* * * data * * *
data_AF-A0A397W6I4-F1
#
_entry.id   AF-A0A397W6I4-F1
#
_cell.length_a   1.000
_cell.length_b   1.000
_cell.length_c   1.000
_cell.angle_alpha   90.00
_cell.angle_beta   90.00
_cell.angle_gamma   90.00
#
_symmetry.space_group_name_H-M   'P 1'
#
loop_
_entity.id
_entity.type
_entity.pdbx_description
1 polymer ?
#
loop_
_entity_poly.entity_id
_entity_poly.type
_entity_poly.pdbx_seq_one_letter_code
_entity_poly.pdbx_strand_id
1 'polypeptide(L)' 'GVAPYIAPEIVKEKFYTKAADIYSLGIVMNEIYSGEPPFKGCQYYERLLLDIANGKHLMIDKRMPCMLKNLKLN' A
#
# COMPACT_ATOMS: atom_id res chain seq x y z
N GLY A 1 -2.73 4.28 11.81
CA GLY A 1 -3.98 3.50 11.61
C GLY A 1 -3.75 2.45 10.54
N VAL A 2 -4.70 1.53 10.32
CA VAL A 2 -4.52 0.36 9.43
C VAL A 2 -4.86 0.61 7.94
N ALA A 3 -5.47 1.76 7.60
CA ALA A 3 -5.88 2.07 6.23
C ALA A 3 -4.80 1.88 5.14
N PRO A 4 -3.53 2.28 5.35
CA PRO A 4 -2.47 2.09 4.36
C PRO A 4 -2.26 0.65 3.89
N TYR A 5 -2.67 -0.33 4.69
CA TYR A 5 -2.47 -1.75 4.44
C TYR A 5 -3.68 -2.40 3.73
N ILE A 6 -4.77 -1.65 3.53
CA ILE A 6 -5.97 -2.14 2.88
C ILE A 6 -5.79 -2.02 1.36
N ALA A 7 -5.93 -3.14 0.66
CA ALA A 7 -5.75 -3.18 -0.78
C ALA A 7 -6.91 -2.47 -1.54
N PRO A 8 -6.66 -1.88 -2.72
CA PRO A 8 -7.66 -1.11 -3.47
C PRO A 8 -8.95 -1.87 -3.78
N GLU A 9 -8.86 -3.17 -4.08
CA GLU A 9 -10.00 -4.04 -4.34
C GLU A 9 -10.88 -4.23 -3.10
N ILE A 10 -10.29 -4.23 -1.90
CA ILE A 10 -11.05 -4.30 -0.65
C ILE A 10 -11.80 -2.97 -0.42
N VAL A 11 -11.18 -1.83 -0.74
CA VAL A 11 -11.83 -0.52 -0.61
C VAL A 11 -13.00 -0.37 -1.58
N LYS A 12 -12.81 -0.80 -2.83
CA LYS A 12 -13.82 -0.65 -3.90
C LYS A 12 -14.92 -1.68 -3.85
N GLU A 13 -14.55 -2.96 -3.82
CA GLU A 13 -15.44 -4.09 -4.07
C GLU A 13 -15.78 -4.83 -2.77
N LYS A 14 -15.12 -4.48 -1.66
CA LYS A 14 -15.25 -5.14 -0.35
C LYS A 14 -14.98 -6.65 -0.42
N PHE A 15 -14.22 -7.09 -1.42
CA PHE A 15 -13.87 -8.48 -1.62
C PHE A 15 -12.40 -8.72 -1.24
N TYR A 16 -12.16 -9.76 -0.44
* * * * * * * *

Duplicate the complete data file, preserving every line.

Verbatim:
data_AF-A0A397W6I4-F1
#
_entry.id   AF-A0A397W6I4-F1
#
_cell.length_a   1.000
_cell.length_b   1.000
_cell.length_c   1.000
_cell.angle_alpha   90.00
_cell.angle_beta   90.00
_cell.angle_gamma   90.00
#
_symmetry.space_group_name_H-M   'P 1'
#
loop_
_entity.id
_entity.type
_entity.pdbx_description
1 polymer ?
#
loop_
_entity_poly.entity_id
_entity_poly.type
_entity_poly.pdbx_seq_one_letter_code
_entity_poly.pdbx_strand_id
1 'polypeptide(L)' 'GVAPYIAPEIVKEKFYTKAADIYSLGIVMNEIYSGEPPFKGCQYYERLLLDIANGKHLMIDKRMPCMLKNLKLN' A
#
# COMPACT_ATOMS: atom_id res chain seq x y z
N GLY A 1 -2.73 4.28 11.81
CA GLY A 1 -3.98 3.50 11.61
C GLY A 1 -3.75 2.45 10.54
N VAL A 2 -4.70 1.53 10.32
CA VAL A 2 -4.52 0.36 9.43
C VAL A 2 -4.86 0.61 7.94
N ALA A 3 -5.47 1.76 7.60
CA ALA A 3 -5.88 2.07 6.23
C ALA A 3 -4.80 1.88 5.14
N PRO A 4 -3.53 2.28 5.35
CA PRO A 4 -2.47 2.09 4.36
C PRO A 4 -2.26 0.65 3.89
N TYR A 5 -2.67 -0.33 4.69
CA TYR A 5 -2.47 -1.75 4.44
C TYR A 5 -3.68 -2.40 3.73
N ILE A 6 -4.77 -1.65 3.53
CA ILE A 6 -5.97 -2.14 2.88
C ILE A 6 -5.79 -2.02 1.36
N ALA A 7 -5.93 -3.14 0.66
CA ALA A 7 -5.75 -3.18 -0.78
C ALA A 7 -6.91 -2.47 -1.54
N PRO A 8 -6.66 -1.88 -2.72
CA PRO A 8 -7.66 -1.11 -3.47
C PRO A 8 -8.95 -1.87 -3.78
N GLU A 9 -8.86 -3.17 -4.08
CA GLU A 9 -10.00 -4.04 -4.34
C GLU A 9 -10.88 -4.23 -3.10
N ILE A 10 -10.29 -4.23 -1.90
CA ILE A 10 -11.05 -4.30 -0.65
C ILE A 10 -11.80 -2.97 -0.42
N VAL A 11 -11.18 -1.83 -0.74
CA VAL A 11 -11.83 -0.52 -0.61
C VAL A 11 -13.00 -0.37 -1.58
N LYS A 12 -12.81 -0.80 -2.83
CA LYS A 12 -13.82 -0.65 -3.90
C LYS A 12 -14.92 -1.68 -3.85
N GLU A 13 -14.55 -2.96 -3.82
CA GLU A 13 -15.44 -4.09 -4.07
C GLU A 13 -15.78 -4.83 -2.77
N LYS A 14 -15.12 -4.48 -1.66
CA LYS A 14 -15.25 -5.14 -0.35
C LYS A 14 -14.98 -6.65 -0.42
N PHE A 15 -14.22 -7.09 -1.42
CA PHE A 15 -13.87 -8.48 -1.62
C PHE A 15 -12.40 -8.72 -1.24
N TYR A 16 -12.16 -9.76 -0.44